NPB Seeks Applicants for Inaugural Pork Innovation Challenge

The National Pork Board is launching the first-ever Pork Industry Innovation Challenge to encourage individuals and companies to help solve some of the biggest challenges facing the U.S. pork industry. NPB is accepting submissions for the inaugural Challenge through July 31. The focus of the challenge is pig mortality disposal. Producers and innovators are challenged to think of new methods of carcass disposal beyond the existing methods of burial, incineration, composting and landfills. These methods could be used on farms if there were a foreign animal disease outbreak, such as African swine fever. The challenge is open to all U.S. companies, students and residents, including producers. NPB encourages folks to submit an overview of how their idea works in about 500 words or less by July 31 for a chance to win up to $46,000. Multiple awards will be granted if more than one project is successful. Find more details and learn how to submit your application online at

USDA Farmers Market Reopens for 25th Market Season

The USDA Farmers Market returns next month for its 25th market season. The annual Friday market will reopen on Friday, May 6, 2022, and run through October. Deputy Agriculture Secretary Jewel Bronaugh (Bro-NAW), says the reopening “is an opportunity to celebrate the important role that farmers markets continue to play in meeting the growing demand for local fresh and healthy food.” Located outside the USDA Headquarters in Washington, DC, the market serves as USDA’s own “living laboratory” for farmers market operations across the country. The market supports the local economy, increases marketing opportunities for farmers and small businesses, provides access to an assortment of local and regional sourced products, and increases access to healthy, affordable fresh food. The USDA Farmers Market promotes the incorporation of healthy fresh produce in consumers food choices through its unique educational style program, VegU. The commodity-centered education program partners with USDA to market and promote the consumption of commodities through short educational sessions and in-market recipe demonstrations.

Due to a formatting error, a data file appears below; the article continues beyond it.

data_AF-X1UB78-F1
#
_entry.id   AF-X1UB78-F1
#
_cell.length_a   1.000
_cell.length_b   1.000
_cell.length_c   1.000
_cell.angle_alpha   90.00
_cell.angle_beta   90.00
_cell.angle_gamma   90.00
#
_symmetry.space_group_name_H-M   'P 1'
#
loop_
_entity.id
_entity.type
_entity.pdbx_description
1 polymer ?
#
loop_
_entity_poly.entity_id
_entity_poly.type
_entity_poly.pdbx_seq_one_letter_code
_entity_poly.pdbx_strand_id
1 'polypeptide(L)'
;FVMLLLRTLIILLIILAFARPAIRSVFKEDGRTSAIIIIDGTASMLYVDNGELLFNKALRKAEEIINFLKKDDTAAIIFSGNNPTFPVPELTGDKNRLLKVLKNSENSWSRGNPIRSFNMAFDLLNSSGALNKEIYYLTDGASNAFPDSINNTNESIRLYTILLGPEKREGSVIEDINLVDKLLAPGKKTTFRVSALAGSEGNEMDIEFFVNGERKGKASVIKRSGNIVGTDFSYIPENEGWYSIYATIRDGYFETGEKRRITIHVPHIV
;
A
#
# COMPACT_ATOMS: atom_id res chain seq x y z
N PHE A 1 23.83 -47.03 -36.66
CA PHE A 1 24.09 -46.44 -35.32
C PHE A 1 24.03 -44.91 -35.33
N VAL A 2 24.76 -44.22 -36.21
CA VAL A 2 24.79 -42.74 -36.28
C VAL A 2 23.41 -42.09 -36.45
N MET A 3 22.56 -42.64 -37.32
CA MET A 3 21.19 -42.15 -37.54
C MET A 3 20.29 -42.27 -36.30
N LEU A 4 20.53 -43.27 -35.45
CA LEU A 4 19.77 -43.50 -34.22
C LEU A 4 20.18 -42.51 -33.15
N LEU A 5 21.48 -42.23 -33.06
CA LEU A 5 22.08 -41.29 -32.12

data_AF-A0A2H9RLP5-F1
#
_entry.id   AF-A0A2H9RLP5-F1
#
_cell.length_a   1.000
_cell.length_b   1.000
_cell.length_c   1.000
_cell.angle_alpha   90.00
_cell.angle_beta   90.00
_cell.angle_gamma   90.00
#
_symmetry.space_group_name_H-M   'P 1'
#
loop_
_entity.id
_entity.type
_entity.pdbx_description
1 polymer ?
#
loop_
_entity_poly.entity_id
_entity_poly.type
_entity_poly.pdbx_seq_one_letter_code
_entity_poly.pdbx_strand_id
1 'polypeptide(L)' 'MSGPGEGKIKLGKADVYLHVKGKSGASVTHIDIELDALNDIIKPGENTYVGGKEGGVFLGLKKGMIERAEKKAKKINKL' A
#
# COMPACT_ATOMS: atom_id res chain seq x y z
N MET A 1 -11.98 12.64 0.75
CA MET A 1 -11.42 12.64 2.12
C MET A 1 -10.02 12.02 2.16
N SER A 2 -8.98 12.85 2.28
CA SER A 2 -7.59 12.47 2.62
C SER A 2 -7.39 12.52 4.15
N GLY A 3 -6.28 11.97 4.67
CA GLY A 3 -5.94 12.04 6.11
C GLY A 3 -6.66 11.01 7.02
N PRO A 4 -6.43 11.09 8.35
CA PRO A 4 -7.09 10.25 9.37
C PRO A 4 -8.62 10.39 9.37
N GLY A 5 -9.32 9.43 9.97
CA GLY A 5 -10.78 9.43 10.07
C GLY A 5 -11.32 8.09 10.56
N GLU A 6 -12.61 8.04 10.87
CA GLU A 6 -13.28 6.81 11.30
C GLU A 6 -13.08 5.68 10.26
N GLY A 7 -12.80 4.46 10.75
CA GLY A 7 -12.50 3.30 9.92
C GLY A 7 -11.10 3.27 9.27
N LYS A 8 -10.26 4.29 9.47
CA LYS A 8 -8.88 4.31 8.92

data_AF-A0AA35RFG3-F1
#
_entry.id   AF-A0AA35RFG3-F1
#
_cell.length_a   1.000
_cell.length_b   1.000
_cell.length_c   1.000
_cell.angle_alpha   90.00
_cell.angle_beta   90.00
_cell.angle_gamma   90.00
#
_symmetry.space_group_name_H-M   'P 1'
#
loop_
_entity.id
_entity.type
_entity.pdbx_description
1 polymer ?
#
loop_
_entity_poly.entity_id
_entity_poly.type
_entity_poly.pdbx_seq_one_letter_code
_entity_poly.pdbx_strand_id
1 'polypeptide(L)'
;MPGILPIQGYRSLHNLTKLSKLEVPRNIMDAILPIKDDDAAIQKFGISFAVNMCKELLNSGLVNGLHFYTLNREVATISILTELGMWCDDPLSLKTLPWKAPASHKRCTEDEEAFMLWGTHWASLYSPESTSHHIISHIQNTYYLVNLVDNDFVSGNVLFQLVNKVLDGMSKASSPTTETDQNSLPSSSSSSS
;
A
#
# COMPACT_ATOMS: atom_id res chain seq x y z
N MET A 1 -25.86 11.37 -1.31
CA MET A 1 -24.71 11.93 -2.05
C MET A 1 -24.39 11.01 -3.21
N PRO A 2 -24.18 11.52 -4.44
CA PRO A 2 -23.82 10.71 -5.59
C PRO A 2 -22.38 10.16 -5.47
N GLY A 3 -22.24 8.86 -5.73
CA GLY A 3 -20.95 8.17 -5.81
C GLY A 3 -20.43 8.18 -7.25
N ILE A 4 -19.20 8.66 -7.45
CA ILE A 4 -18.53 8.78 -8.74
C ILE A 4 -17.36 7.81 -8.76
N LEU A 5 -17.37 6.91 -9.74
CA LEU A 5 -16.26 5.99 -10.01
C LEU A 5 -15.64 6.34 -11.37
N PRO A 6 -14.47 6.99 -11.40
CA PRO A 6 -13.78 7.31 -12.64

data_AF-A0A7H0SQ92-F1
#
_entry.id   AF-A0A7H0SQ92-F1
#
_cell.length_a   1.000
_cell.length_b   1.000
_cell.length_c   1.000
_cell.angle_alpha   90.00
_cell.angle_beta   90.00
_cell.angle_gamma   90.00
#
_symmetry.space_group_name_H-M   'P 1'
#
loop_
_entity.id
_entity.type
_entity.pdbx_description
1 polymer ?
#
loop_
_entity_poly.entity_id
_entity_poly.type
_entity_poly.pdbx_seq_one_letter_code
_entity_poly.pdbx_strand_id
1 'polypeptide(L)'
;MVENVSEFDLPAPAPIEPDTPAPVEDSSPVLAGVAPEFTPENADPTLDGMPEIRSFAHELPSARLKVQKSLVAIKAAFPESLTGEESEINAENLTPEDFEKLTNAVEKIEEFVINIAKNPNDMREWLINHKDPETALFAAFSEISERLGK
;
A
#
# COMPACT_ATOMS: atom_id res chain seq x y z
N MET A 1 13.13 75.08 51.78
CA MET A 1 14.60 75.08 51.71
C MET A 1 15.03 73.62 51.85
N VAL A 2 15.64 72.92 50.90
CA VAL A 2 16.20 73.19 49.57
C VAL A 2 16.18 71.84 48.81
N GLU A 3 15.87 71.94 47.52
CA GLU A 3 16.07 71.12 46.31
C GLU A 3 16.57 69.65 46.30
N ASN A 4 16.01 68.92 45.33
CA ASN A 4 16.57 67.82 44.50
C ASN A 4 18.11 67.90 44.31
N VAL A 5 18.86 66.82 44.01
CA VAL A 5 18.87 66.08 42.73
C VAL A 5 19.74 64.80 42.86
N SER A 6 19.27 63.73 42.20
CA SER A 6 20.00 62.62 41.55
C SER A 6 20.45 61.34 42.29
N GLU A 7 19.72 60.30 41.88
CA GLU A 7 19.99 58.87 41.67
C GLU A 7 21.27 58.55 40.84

By Tucker Allmer - The BARN

Tucker Allmer & the BARN are members of the National Association of Farm Broadcasting (NAFB), the Colorado FFA Foundation, the Colorado 4H Foundation, the Colorado Farm Show Marketing Committee, 1867 Club Board Member, Denver Ag & Livestock Club Member, the Weld County Fair Board, the Briggsdale FFA Advisory Council, Briggsdale 4H Club Beef Leader & Founder / Coordinator of the Briggsdale Classic Open Jackpot Show.

%d bloggers like this: